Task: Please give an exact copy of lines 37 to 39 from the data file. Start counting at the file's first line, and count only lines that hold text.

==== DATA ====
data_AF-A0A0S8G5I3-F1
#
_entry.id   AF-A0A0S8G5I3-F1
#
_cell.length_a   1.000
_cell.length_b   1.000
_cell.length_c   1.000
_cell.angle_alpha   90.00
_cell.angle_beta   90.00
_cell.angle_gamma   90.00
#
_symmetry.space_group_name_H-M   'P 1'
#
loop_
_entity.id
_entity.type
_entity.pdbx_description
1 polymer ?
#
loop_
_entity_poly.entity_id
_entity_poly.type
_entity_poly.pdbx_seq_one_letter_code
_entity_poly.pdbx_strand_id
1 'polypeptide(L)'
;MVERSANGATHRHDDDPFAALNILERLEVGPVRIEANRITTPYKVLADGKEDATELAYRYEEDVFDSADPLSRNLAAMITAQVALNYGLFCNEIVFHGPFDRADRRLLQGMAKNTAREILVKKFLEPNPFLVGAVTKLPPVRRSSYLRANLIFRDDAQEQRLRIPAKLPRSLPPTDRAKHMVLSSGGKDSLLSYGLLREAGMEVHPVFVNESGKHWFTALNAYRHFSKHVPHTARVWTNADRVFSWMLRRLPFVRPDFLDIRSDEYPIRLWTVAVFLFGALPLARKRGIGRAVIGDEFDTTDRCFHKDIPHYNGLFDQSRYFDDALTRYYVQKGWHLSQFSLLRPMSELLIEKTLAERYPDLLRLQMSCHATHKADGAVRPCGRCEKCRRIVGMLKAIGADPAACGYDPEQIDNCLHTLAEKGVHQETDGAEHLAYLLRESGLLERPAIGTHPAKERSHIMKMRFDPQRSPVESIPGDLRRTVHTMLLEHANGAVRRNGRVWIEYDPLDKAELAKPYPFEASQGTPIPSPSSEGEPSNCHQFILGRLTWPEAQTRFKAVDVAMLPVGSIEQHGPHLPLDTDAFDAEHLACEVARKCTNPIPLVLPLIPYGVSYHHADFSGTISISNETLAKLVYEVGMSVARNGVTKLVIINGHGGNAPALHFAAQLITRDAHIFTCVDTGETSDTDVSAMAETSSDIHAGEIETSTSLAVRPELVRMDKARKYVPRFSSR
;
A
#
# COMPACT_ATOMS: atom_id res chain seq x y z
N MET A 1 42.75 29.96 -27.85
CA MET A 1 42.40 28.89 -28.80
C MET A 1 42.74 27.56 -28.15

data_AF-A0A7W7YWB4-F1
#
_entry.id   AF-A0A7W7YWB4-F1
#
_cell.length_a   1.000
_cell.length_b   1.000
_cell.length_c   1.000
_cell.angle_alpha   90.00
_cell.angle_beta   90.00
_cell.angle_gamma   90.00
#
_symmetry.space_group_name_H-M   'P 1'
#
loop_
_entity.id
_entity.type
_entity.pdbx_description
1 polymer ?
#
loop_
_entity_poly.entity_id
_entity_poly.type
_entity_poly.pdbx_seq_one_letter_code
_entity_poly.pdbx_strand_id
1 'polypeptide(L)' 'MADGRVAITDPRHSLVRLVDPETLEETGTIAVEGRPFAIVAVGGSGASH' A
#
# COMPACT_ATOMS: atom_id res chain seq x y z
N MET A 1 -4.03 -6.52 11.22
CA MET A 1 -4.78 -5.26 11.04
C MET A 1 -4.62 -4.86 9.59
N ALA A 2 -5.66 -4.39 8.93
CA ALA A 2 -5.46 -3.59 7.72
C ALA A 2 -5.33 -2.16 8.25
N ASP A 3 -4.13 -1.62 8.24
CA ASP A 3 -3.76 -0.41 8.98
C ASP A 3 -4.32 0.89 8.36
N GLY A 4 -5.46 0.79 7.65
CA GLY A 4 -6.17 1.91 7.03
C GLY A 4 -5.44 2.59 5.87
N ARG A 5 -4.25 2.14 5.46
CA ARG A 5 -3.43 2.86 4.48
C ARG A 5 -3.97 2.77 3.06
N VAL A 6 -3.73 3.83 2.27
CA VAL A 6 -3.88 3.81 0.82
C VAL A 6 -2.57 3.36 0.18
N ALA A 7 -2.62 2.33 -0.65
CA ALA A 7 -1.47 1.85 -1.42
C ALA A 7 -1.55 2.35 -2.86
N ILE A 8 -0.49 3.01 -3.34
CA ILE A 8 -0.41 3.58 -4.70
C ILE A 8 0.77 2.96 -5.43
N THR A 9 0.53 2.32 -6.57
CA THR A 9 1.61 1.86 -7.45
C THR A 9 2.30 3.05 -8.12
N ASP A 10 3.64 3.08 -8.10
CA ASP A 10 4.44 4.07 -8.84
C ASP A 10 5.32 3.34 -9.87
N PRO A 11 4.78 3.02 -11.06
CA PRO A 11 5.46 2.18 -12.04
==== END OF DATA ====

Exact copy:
#
_cell.length_a   1.000
_cell.length_b   1.000